What you see. The starting point for addressing any equine health related issue is your observation.


Urine appears Red or Orange on Snow


"Urinating red" is a common complaint during snowy weather, but taken alone with no other sign of illness, it should not raise concern. Depending on the plant pigments ingested, normal equine urine stains snow or ice a surprising red, orange of brownish color. The color results from oxidation of plant pigments contained within the urine, when they are exposed to air under cold conditions.

  • Code Orange

    Call Your Vet at Their First Available Office Hours
  • Code Green

    Contact Your Vet to Obtain Useful Advice & Resources
    • If the results of the Whole Horse Exam (WHE) suggest the horse is otherwise normal.

your role


What To Do

Assess your horse's general health using the Whole Horse Exam (WHE), paying particular attention to their attitude and appetite. Try to catch a urine sample before it hits the ground. If "free-caught" urine is red or if the horse is showing any other sign of illness, contact your vet and discuss the situation.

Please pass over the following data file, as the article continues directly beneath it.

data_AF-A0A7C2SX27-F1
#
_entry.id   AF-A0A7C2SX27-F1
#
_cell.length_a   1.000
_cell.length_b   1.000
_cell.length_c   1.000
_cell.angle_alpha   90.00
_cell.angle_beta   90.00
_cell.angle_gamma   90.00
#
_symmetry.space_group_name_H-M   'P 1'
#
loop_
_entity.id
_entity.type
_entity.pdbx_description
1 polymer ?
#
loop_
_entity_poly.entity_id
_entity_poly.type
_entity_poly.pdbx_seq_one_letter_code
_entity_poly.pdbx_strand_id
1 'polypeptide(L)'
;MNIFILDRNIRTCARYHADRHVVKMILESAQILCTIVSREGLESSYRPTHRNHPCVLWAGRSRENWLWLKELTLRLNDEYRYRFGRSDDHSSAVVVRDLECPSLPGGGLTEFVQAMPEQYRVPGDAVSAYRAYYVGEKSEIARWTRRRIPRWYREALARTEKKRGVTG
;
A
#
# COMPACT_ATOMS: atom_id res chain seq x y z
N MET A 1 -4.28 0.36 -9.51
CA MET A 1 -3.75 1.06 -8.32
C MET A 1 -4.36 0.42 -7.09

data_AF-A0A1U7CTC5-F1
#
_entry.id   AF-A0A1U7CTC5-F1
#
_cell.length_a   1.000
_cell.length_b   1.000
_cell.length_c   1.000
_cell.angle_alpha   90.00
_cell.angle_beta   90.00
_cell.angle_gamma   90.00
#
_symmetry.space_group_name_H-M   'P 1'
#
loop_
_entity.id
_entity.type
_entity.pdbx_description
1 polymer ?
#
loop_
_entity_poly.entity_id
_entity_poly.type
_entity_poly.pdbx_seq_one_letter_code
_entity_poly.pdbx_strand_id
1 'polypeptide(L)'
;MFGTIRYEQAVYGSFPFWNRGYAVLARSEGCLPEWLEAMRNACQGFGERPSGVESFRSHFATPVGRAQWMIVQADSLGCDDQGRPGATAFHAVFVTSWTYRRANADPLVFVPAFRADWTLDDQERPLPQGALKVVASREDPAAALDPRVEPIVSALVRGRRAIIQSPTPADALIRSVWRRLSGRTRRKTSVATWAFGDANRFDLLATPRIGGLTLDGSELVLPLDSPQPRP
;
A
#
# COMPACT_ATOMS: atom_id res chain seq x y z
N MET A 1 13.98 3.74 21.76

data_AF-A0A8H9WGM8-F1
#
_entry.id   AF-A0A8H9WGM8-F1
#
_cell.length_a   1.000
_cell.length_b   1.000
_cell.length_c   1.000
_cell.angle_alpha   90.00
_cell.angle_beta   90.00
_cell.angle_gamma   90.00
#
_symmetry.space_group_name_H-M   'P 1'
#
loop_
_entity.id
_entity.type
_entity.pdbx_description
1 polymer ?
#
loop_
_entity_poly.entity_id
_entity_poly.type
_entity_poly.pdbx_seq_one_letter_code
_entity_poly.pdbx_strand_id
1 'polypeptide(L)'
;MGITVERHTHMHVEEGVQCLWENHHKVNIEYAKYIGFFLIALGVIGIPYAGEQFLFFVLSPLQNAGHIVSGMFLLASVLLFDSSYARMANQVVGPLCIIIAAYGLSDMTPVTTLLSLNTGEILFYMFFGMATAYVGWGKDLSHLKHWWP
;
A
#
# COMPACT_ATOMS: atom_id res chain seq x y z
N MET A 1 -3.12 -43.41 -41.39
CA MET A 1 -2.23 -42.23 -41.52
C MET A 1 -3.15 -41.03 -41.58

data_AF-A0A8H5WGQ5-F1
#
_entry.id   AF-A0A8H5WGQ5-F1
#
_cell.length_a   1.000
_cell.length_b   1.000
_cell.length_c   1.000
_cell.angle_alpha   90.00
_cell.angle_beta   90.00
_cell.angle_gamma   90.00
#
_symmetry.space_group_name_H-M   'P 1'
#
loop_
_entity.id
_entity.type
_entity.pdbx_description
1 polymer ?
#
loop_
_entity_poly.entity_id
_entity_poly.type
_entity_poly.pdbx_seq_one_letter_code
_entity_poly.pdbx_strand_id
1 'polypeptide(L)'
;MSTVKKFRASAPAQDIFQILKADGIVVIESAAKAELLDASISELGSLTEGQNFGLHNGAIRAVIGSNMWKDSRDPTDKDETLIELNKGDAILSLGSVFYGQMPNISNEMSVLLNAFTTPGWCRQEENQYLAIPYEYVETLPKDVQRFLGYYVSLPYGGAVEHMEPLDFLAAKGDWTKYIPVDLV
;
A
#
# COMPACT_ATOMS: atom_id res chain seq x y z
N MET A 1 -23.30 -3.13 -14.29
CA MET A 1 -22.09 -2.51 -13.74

In rare cases examination and urinalysis indicates that there actually is blood in the urine, which could be a sign of a more serious illness.

What Not To Do

Do not panic! This looks bad but is a very common occurrence in normal horses.

your vet's role

Your vet likely will not need to see your horse. If they do, they will evaluate general health, and will likely want to collect a urine sample to evaluate.
Questions Your Vet Might Ask:
  • Does your horse seem normal otherwise?
  • How does this horse's urine color on the snow compare to that of the others?
  • Is this horse fed differently than your other horses?
  • What are the results of the Whole Horse Exam (WHE)?

Author: Doug Thal DVM Dipl. ABVP